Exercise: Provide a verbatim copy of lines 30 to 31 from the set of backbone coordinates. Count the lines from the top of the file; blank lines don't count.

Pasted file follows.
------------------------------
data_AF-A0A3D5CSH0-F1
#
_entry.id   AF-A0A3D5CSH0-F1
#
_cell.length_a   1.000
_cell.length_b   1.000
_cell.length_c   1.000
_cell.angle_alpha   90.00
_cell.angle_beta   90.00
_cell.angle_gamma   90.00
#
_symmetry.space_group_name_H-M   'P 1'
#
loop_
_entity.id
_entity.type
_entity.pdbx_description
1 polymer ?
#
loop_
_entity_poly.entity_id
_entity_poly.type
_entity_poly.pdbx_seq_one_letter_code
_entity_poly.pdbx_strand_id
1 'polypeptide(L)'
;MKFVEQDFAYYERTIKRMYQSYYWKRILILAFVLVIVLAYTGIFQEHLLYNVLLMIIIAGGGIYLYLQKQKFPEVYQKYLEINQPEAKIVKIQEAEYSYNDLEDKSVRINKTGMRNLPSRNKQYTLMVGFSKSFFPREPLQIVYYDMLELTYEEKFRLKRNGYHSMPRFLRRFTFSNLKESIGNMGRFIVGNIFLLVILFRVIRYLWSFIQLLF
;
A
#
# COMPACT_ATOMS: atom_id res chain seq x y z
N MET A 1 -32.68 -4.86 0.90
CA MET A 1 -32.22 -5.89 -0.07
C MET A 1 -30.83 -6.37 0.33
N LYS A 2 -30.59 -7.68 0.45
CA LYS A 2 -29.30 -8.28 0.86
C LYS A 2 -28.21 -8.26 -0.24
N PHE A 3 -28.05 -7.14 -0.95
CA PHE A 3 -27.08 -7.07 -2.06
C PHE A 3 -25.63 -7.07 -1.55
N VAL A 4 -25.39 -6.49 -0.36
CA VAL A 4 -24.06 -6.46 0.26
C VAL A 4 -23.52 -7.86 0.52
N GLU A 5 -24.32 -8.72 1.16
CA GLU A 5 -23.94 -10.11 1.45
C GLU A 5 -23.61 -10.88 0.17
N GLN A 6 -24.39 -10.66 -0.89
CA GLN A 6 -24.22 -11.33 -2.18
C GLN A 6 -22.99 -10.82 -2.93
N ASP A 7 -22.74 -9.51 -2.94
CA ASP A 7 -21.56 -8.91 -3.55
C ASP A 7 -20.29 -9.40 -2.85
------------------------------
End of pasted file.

# COMPACT_ATOMS: atom_id res chain seq x y z
N MET A 1 -32.68 -4.86 0.90